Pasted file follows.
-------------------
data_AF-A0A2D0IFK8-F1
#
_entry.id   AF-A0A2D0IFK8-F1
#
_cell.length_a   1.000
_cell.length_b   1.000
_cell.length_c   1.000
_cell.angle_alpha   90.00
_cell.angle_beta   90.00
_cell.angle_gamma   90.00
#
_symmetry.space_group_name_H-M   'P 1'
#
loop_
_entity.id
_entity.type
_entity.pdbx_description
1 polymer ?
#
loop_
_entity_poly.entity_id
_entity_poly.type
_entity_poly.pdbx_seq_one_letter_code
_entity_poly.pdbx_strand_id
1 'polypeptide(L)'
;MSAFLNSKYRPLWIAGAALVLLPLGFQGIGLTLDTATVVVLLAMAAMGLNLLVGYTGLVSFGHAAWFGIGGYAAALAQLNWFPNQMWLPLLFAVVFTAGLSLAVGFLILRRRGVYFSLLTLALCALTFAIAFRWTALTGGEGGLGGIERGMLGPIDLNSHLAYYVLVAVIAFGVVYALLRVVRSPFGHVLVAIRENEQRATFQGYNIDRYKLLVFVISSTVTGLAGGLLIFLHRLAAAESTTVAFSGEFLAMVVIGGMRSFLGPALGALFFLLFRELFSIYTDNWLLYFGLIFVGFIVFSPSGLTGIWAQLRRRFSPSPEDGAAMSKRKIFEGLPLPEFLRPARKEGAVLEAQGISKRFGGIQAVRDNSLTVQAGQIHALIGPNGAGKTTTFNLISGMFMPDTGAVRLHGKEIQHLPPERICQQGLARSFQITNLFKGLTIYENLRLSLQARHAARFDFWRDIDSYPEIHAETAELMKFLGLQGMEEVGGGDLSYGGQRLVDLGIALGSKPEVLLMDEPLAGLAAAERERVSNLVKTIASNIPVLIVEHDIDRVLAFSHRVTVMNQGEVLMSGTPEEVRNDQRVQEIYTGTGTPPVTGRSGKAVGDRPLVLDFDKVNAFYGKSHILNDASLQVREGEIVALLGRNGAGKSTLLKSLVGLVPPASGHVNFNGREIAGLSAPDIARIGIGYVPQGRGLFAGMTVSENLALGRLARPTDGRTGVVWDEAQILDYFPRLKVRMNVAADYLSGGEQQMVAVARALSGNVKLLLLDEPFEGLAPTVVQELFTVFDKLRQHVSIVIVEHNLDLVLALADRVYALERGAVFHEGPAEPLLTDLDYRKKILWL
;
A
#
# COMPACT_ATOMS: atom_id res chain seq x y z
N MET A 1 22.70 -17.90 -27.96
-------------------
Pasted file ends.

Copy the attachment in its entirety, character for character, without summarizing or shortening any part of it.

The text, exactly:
data_AF-A0A2D0IFK8-F1
#
_entry.id   AF-A0A2D0IFK8-F1
#
_cell.length_a   1.000
_cell.length_b   1.000
_cell.length_c   1.000
_cell.angle_alpha   90.00
_cell.angle_beta   90.00
_cell.angle_gamma   90.00
#
_symmetry.space_group_name_H-M   'P 1'
#
loop_
_entity.id
_entity.type
_entity.pdbx_description
1 polymer ?
#
loop_
_entity_poly.entity_id
_entity_poly.type
_entity_poly.pdbx_seq_one_letter_code
_entity_poly.pdbx_strand_id
1 'polypeptide(L)'
;MSAFLNSKYRPLWIAGAALVLLPLGFQGIGLTLDTATVVVLLAMAAMGLNLLVGYTGLVSFGHAAWFGIGGYAAALAQLNWFPNQMWLPLLFAVVFTAGLSLAVGFLILRRRGVYFSLLTLALCALTFAIAFRWTALTGGEGGLGGIERGMLGPIDLNSHLAYYVLVAVIAFGVVYALLRVVRSPFGHVLVAIRENEQRATFQGYNIDRYKLLVFVISSTVTGLAGGLLIFLHRLAAAESTTVAFSGEFLAMVVIGGMRSFLGPALGALFFLLFRELFSIYTDNWLLYFGLIFVGFIVFSPSGLTGIWAQLRRRFSPSPEDGAAMSKRKIFEGLPLPEFLRPARKEGAVLEAQGISKRFGGIQAVRDNSLTVQAGQIHALIGPNGAGKTTTFNLISGMFMPDTGAVRLHGKEIQHLPPERICQQGLARSFQITNLFKGLTIYENLRLSLQARHAARFDFWRDIDSYPEIHAETAELMKFLGLQGMEEVGGGDLSYGGQRLVDLGIALGSKPEVLLMDEPLAGLAAAERERVSNLVKTIASNIPVLIVEHDIDRVLAFSHRVTVMNQGEVLMSGTPEEVRNDQRVQEIYTGTGTPPVTGRSGKAVGDRPLVLDFDKVNAFYGKSHILNDASLQVREGEIVALLGRNGAGKSTLLKSLVGLVPPASGHVNFNGREIAGLSAPDIARIGIGYVPQGRGLFAGMTVSENLALGRLARPTDGRTGVVWDEAQILDYFPRLKVRMNVAADYLSGGEQQMVAVARALSGNVKLLLLDEPFEGLAPTVVQELFTVFDKLRQHVSIVIVEHNLDLVLALADRVYALERGAVFHEGPAEPLLTDLDYRKKILWL
;
A
#
# COMPACT_ATOMS: atom_id res chain seq x y z
N MET A 1 22.70 -17.90 -27.96